Saturday, June 28, 2008
Friday, June 27, 2008
Each year, as more and more prairie or natural areas are lost to development here in Illinois, wildlife is being edged out and valuable habitat destroyed. Sara Stein in her book “Noah’s Garden” was the first person to make me aware of how I could work against this tide by creating wildlife habitats in my own backyard. Places where animals and insects and birds could forage for food or raise their young.
Sara’s dream was that every yard in each neighborhood would leave a bit of their yard natural so that wildlife would have ribbons of interconnected wild spaces in which to live. With that thinking in mind, over the last 3 years, I have gotten rid of 1,300 square feet of lawn and replaced it with plants that provide food or homes for wildlife. Through the National Wildlife Federation’s backyard wildlife habitat program, which provides all the information needed to create places welcoming to animals, my yard was certified as a backyard wildlife habitat.
The NWF program shows how simple it is to provide for wildlife. All you need to do is provide elements from each of the following areas:
Food Sources. For example: Native plants, seeds, fruits, nuts, berries, nectar.
Water Sources. For example: Birdbath, pond, water garden, stream
Places for Cover. For example: Thicket, rockpile, birdhouse.
Places to Raise Young. For example: Dense shrubs, vegetation, nesting box, pond.
Sustainable Gardening. For example: Mulch, compost, rain garden, chemical-free fertilizer.
More information on this program can be found at: http://www.nwf.org/backyard/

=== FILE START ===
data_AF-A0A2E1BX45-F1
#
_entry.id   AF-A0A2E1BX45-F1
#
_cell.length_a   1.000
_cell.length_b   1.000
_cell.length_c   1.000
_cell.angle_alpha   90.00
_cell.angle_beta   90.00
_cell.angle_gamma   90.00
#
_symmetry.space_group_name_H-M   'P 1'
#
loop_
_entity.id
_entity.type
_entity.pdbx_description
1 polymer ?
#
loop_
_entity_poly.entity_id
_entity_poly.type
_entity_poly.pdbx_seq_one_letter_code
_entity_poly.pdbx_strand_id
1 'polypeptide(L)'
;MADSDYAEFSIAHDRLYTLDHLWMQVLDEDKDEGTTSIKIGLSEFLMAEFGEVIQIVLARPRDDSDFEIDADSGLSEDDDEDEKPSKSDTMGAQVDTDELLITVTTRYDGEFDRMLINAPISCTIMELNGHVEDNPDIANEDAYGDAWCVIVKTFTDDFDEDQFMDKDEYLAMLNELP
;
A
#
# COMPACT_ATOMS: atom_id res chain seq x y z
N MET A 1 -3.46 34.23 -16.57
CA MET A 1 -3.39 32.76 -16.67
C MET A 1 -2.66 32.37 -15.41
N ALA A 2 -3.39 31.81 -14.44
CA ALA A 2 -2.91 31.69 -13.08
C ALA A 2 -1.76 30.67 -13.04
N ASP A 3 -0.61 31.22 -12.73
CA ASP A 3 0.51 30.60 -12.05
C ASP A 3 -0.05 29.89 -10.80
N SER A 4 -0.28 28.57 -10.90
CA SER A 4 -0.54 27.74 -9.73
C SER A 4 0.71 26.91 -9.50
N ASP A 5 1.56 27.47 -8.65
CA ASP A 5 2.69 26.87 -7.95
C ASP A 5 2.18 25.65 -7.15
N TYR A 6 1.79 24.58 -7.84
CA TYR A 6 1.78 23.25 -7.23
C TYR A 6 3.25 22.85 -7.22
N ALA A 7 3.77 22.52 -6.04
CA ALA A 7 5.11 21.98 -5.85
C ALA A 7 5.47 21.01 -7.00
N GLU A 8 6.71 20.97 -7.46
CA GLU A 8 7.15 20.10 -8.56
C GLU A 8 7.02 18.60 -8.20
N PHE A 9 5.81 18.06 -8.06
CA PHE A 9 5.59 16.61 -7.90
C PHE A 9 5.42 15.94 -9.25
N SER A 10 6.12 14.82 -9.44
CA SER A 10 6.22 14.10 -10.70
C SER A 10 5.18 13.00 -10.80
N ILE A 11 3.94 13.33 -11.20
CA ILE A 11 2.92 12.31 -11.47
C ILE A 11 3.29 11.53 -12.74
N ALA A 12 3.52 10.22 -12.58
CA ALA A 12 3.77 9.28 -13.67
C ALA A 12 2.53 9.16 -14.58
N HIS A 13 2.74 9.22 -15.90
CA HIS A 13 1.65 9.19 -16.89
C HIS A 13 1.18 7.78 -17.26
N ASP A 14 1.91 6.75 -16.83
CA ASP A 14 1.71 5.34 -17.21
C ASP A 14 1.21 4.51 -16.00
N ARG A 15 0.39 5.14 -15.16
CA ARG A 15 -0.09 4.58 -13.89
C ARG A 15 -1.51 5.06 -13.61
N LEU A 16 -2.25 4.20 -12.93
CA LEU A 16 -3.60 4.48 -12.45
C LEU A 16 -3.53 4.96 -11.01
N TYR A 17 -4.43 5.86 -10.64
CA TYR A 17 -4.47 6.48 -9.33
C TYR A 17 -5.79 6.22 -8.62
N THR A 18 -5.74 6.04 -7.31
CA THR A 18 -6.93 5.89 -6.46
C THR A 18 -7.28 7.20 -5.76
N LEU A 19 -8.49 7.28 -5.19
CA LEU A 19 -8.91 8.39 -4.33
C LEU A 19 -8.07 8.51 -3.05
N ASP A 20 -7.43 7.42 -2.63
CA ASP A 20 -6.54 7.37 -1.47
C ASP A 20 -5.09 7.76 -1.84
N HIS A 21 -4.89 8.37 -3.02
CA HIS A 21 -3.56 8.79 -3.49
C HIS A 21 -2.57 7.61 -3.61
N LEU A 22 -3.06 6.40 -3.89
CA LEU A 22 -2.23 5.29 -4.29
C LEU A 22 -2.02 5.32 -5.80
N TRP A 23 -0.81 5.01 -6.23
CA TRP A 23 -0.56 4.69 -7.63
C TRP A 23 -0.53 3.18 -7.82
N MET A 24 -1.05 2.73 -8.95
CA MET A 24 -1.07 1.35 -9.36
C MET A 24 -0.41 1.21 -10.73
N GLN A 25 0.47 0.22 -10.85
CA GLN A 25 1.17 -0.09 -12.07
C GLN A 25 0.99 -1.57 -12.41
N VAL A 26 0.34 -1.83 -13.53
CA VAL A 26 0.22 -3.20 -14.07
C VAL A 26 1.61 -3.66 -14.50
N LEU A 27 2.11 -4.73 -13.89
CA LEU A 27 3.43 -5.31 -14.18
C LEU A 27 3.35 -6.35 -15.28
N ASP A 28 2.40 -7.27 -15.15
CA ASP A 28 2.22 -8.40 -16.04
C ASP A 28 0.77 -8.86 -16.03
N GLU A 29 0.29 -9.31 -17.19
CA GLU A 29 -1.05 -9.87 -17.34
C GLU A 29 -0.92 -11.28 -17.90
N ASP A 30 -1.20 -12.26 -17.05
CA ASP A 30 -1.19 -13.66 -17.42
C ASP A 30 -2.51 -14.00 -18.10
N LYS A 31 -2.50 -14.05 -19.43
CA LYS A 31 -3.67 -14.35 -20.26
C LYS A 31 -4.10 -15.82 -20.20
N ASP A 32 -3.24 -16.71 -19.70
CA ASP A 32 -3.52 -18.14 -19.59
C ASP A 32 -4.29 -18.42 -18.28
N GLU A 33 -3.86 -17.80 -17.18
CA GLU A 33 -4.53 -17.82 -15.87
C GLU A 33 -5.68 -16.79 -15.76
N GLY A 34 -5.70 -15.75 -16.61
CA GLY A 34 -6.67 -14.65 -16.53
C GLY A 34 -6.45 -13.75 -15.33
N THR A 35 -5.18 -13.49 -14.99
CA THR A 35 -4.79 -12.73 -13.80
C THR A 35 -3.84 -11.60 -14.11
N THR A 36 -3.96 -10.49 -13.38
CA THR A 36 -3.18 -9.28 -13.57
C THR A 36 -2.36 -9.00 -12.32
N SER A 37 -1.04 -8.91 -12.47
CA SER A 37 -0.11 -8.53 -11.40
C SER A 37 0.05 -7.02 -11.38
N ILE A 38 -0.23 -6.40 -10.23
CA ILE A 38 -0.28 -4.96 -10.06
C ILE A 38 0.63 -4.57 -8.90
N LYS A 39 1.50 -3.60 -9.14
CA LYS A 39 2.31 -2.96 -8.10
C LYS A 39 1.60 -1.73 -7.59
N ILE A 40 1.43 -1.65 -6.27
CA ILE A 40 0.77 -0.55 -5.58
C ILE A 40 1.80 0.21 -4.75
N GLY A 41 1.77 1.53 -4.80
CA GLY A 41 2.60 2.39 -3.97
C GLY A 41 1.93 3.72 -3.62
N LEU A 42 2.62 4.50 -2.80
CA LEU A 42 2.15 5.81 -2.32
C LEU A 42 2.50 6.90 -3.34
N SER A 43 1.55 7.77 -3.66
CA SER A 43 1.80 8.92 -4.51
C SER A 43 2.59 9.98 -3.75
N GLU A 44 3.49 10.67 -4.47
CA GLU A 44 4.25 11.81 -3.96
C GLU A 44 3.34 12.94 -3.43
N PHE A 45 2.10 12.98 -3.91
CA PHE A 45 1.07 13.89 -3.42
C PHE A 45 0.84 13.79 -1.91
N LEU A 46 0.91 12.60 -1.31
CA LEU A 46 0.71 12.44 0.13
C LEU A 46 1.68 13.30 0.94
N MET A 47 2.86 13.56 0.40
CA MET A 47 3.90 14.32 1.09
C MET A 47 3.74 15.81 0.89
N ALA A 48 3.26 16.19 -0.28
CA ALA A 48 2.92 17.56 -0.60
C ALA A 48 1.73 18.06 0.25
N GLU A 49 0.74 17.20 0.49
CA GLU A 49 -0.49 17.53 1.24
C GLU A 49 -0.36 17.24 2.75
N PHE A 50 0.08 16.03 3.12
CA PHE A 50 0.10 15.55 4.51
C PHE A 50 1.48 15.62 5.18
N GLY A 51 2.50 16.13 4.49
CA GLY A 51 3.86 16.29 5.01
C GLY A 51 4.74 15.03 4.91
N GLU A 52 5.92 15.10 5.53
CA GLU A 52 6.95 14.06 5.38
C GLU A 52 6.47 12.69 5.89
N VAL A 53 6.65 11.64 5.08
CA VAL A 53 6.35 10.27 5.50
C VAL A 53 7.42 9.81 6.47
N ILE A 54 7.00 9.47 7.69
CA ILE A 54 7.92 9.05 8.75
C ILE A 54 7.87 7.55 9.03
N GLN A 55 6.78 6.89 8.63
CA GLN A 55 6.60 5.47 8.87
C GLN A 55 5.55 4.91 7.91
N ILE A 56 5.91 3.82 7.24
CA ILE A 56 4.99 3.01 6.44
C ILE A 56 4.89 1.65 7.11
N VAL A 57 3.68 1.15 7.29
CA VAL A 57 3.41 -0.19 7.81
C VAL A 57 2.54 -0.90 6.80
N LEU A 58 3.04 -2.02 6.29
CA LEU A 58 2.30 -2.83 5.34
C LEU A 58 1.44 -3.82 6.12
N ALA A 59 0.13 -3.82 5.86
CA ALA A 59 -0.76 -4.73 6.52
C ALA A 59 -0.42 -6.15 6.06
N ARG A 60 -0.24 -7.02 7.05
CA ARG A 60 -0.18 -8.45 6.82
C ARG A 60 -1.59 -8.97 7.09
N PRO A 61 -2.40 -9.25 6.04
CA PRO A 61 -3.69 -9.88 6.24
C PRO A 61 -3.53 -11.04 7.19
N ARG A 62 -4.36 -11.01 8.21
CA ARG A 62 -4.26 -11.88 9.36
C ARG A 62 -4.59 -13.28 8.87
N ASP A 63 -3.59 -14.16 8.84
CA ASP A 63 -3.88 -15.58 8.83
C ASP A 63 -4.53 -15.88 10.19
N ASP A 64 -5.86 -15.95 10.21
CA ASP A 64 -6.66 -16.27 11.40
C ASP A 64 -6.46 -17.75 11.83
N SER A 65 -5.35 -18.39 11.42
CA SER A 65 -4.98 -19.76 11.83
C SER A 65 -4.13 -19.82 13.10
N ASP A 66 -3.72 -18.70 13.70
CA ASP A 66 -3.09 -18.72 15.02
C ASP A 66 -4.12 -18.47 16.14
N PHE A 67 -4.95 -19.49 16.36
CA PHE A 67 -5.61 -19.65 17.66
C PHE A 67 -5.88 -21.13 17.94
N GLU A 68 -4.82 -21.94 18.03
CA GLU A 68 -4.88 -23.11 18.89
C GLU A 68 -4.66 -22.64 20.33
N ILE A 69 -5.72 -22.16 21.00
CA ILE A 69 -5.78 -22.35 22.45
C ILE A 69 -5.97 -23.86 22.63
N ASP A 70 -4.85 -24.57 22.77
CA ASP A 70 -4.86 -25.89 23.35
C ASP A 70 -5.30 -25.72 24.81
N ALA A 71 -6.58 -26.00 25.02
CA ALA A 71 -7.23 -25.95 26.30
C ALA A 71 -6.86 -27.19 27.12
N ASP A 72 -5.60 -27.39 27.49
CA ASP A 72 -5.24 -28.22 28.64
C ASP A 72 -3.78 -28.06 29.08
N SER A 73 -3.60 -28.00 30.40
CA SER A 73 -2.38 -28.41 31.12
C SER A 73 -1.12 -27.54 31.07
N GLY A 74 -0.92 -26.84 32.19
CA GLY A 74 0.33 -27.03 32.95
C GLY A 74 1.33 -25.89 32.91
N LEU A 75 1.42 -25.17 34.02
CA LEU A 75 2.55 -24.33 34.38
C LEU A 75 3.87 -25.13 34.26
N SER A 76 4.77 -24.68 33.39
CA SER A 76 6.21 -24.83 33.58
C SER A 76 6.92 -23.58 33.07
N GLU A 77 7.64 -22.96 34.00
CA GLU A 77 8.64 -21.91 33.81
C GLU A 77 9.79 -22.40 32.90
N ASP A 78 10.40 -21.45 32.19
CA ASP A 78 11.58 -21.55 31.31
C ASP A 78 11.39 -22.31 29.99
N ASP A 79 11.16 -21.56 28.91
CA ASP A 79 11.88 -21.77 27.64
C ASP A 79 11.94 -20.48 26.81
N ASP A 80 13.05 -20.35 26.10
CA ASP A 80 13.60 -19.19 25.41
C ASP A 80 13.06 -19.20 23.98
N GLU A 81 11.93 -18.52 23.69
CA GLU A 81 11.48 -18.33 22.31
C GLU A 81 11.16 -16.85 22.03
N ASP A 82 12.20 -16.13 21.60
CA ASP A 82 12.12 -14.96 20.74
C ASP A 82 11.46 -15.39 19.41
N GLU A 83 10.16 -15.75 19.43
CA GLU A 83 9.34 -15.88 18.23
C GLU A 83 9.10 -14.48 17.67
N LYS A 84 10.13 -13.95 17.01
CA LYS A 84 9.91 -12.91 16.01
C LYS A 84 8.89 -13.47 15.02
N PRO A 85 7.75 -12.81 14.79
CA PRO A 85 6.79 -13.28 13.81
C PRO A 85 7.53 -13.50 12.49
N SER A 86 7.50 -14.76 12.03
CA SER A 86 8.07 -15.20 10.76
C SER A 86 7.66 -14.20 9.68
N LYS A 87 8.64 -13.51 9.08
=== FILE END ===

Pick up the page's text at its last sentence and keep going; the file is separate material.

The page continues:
There are also many wonderful books written on this subject. Some of the books that I found particularly helpful were:
Noah’s Garden by Sara Stein
Planting Noah’s Garden by Sara Stein
The Wildlife Garden by Charlotte Seidenberg
National Wildlife Federation Attracting Birds, Butterflies & Backyard Wildlife by David Mizejewsk
Creating Habitat and Homes for Illinois Wildlife by IL. Dept. of Natural Resources and University of Illinois
Landscaping for Wildlife by MN. Department of Natural Resources
When I look out into my back yard, it stands in stark contrast to those yards that surround mine. I find it sad that we value close cropped non life-giving lawn over areas brimming with plants which give so much to wildlife. Obviously Sara’s dream will take a long time to come to fruition.
Thursday, June 19, 2008
My plan worked for about a week. After many frustrating bike trips back and forth between home and store for forgotten items, I hung it up. I was obviously addicted to the car culture which allowed me to not have to think before backing out of the driveway. So what if I was only buying enough groceries for one day or forgot something for tomorrow’s dinner, I could easily run out later. But this way of thinking did not work when I switched to the bike. I needed to change my approach to all errands and get organized but instead, I got off the bike.